Passwords: An Outdated Security Measure in Modern Times

Mar 22, 2024 10:33:03 AM

In an era rampant with cyber threats, the security of passwords and identity remains a critical concern. According to, over 12 billion credentials were compromised online as of March 6, 2024. This staggering figure underscores the vulnerability of password-based authentication systems. Most (if not all) of these involve compromised passwords, and often expose not only a compromise to the originally affected domain or web application, but also multiple accounts utilizing the same email address and password.

Despite efforts to bolster password security, including updated PCI 4.0 requirements mandating longer, alphanumeric passwords changed every 90 days, the effectiveness of these measures is dubious. Analyzing example passwords like "baseball1984," compliant with PCI standards, reveals shocking vulnerabilities. Even with special characters and capitalization, cracking times remain alarmingly short.

Cybersecurity Awesomeness Podcast - Episode 53: PCI DSS Standards - Listen Now

Utilizing the PCI 4.0 requirements, we entered several example passwords that users would likely be able to remember into to see how long it would take to crack. The result? The first password we tried, baseball1984, is estimated to take approximately 0.05 seconds to crack utilizing today's processing power, despite being PCI-compliant. An alternative version of this password, still following the minimum PCI requirements, b4s3b4ll1984, would take approximately 0.11 seconds. But what if we add special characters to the password – surely that will help! b4s3b4ll1984$$ will take approximately five minutes to crack, and B4s3b4ll1984$ with a capital B will take approximately 20.35 seconds. It's important to note that B4s3b4ll1984$ not only exceeds PCI DSS requirements, but also meets the password requirements of most organizations today.

Now, we can overcome this issue with current password requirements by requiring passwords that aren't based on dictionary words, such as b$aB55!3abcd. But who's going to remember a password like that? You're going to spend more time with users resetting their passwords.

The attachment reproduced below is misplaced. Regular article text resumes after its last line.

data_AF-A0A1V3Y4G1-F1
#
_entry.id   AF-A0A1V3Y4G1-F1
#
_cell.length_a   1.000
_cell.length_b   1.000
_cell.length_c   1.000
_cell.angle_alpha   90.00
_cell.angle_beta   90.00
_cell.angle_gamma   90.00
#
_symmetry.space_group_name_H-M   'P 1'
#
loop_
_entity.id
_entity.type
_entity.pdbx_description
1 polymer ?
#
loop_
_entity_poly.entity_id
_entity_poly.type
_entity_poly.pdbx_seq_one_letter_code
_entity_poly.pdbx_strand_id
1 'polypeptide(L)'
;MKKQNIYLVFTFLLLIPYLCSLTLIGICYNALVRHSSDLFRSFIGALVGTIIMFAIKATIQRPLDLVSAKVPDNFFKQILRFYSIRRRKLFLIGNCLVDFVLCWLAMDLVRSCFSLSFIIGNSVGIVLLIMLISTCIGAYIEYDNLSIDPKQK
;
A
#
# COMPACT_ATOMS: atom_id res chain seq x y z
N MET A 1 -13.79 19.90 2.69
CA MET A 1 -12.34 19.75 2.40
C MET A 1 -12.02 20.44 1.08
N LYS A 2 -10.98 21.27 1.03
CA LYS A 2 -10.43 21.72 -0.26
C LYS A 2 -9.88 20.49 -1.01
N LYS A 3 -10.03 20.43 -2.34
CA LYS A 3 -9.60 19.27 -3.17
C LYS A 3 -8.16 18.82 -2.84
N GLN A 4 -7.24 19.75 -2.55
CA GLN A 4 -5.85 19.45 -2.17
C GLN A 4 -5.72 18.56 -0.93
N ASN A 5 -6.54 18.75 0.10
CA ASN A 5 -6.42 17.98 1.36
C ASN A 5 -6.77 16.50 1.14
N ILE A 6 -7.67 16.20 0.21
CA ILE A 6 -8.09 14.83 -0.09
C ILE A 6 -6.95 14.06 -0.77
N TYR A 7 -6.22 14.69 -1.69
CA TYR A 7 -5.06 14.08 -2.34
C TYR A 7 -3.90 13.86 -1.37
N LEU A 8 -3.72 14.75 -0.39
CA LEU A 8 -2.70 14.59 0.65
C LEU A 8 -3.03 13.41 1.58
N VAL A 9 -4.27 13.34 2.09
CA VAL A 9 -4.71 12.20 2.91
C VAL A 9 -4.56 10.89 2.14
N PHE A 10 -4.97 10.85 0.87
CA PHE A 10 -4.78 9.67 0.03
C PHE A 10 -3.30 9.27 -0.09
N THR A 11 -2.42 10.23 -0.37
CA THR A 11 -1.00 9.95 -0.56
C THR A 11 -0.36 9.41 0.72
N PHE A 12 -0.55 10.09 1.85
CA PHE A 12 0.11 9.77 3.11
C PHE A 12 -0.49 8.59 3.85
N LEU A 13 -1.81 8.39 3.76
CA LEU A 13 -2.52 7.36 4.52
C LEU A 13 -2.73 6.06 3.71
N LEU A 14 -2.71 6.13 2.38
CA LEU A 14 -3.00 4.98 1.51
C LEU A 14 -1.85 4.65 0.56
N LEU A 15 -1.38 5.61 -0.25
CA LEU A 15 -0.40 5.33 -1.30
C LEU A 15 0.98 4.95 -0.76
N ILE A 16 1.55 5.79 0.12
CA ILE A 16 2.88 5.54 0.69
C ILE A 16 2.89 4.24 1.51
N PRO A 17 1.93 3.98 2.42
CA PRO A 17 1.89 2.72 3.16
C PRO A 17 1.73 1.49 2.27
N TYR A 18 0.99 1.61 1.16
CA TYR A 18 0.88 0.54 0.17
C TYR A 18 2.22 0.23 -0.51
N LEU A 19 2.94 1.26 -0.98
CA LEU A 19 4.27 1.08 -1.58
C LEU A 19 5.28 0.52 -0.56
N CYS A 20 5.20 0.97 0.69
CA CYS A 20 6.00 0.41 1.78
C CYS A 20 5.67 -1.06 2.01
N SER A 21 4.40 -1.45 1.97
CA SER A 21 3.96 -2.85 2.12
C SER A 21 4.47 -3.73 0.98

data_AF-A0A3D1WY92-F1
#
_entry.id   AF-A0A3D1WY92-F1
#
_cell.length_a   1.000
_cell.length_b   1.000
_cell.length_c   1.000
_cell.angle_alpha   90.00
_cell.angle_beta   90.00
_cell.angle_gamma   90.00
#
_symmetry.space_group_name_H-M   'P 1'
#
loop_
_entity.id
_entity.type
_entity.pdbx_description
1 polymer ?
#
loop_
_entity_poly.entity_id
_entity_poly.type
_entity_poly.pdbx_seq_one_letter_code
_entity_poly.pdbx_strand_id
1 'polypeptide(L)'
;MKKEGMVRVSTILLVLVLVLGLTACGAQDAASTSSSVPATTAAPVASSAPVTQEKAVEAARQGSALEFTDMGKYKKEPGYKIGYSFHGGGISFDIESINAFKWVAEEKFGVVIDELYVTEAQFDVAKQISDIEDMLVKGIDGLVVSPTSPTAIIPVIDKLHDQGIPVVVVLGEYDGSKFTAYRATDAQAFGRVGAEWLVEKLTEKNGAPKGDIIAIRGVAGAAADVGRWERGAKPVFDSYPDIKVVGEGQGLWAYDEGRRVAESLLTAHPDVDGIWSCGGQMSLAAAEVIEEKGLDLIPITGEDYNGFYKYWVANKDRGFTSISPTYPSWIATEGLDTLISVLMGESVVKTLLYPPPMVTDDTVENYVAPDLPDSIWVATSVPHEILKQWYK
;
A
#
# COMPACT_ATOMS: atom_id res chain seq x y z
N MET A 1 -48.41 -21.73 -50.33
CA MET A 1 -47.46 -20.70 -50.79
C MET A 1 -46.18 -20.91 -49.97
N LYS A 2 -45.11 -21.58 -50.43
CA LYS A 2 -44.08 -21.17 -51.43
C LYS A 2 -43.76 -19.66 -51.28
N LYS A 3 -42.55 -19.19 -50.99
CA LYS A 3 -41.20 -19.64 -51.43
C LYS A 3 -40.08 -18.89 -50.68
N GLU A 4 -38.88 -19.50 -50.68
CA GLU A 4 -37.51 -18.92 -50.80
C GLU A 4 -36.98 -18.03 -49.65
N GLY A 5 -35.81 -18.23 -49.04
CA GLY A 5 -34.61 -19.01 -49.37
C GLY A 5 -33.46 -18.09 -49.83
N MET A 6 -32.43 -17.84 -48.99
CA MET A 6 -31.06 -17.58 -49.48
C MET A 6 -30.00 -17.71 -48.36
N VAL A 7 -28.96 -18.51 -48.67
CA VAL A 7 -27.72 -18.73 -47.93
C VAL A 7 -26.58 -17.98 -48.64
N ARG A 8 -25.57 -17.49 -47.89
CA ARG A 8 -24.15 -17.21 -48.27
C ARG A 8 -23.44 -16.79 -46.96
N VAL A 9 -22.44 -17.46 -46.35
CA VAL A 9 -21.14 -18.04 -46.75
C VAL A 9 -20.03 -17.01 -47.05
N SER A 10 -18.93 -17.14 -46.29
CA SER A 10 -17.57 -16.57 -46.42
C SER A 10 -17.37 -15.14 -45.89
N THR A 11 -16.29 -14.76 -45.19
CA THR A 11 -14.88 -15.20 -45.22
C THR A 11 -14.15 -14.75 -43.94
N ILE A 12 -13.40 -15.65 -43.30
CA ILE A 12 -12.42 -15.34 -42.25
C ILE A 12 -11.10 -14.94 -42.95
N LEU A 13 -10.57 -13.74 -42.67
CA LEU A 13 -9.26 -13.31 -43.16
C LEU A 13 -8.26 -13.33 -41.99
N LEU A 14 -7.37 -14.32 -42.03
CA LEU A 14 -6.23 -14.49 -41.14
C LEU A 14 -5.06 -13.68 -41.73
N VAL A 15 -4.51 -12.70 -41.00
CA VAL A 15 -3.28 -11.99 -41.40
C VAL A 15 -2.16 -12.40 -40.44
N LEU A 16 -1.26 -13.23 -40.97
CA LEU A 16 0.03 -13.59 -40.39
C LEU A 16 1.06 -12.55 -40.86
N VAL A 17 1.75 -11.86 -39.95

Proposals for complex, non-dictionary passwords pose their own challenges because they are difficult for users to remember, leading to frequent resets. Additionally, reliance on password managers introduces another potential point of failure. Sure, password managers might be a good solution…except that if your password manager is compromised, then someone now has the logins for everything. That's not a good option either.

When it comes to passwords, there is a significant disconnect between what the human mind can remember and what is secure. The solution to this conundrum lies in transitioning away from passwords altogether. While alternative authentication methods, such as biometrics and one-time password generators, have existed for years, perceived complexity for the users has hindered widespread adoption.

To effect change, the industry must prioritize user-friendly, secure authentication solutions. This entails not only technological advancements, but also a shift in mindset toward embracing innovative authentication methods.

Ultimately, the goal is to streamline the user login experience while enhancing security measures. Achieving this requires collaboration among stakeholders to overcome barriers and pave the way for a passwordless future, and more importantly, the ability to convince users that going passwordless will mean an easier, frictionless user experience.

If you’d like to learn more about moving beyond passwords and adopting advanced authentication techniques, watch the EMA webinar "Transcending Passwords: Emerging Trends in Authentication." 

Ken Buckler

Written by Ken Buckler

Kenneth Buckler, CASP, is a research analyst of information security/risk and compliance management for Enterprise Management Associates, a leading industry analyst and consulting firm that provides deep insight across the full spectrum of IT and data management technologies. Before EMA, he supported a Federal agency’s Enterprise Visibility program, providing security insights and compliance trending for the agency’s national network of computers and devices. He has also served in technical hands-on roles across multiple agencies in the Federal cyber security space and has published three Cyber Security books. Ken holds multiple technical certifications, including CompTIA’s Advanced Security Practitioner (CASP) certification.

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